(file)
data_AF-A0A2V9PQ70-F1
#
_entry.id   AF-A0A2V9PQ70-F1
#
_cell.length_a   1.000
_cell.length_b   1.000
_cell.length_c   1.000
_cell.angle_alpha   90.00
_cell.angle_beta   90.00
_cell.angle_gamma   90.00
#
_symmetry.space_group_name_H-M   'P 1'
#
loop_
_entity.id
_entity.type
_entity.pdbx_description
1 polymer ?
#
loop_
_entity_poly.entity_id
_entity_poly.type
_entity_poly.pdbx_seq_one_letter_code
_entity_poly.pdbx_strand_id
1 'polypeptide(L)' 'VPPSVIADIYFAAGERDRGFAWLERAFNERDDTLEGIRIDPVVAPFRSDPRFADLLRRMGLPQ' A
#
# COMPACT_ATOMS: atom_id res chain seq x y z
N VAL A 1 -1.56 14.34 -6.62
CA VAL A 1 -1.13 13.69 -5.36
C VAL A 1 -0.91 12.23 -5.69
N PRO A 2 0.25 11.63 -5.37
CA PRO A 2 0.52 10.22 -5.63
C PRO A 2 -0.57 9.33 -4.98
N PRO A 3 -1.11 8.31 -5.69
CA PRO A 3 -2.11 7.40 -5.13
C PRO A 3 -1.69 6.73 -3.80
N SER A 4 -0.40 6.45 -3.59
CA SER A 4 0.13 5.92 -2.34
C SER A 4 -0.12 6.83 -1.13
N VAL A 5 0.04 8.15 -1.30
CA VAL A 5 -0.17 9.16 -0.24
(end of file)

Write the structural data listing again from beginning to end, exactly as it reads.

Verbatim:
data_AF-A0A2V9PQ70-F1
#
_entry.id   AF-A0A2V9PQ70-F1
#
_cell.length_a   1.000
_cell.length_b   1.000
_cell.length_c   1.000
_cell.angle_alpha   90.00
_cell.angle_beta   90.00
_cell.angle_gamma   90.00
#
_symmetry.space_group_name_H-M   'P 1'
#
loop_
_entity.id
_entity.type
_entity.pdbx_description
1 polymer ?
#
loop_
_entity_poly.entity_id
_entity_poly.type
_entity_poly.pdbx_seq_one_letter_code
_entity_poly.pdbx_strand_id
1 'polypeptide(L)' 'VPPSVIADIYFAAGERDRGFAWLERAFNERDDTLEGIRIDPVVAPFRSDPRFADLLRRMGLPQ' A
#
# COMPACT_ATOMS: atom_id res chain seq x y z
N VAL A 1 -1.56 14.34 -6.62
CA VAL A 1 -1.13 13.69 -5.36
C VAL A 1 -0.91 12.23 -5.69
N PRO A 2 0.25 11.63 -5.37
CA PRO A 2 0.52 10.22 -5.63
C PRO A 2 -0.57 9.33 -4.98
N PRO A 3 -1.11 8.31 -5.69
CA PRO A 3 -2.11 7.40 -5.13
C PRO A 3 -1.69 6.73 -3.80
N SER A 4 -0.40 6.45 -3.59
CA SER A 4 0.13 5.92 -2.34
C SER A 4 -0.12 6.83 -1.13
N VAL A 5 0.04 8.15 -1.30
CA VAL A 5 -0.17 9.16 -0.24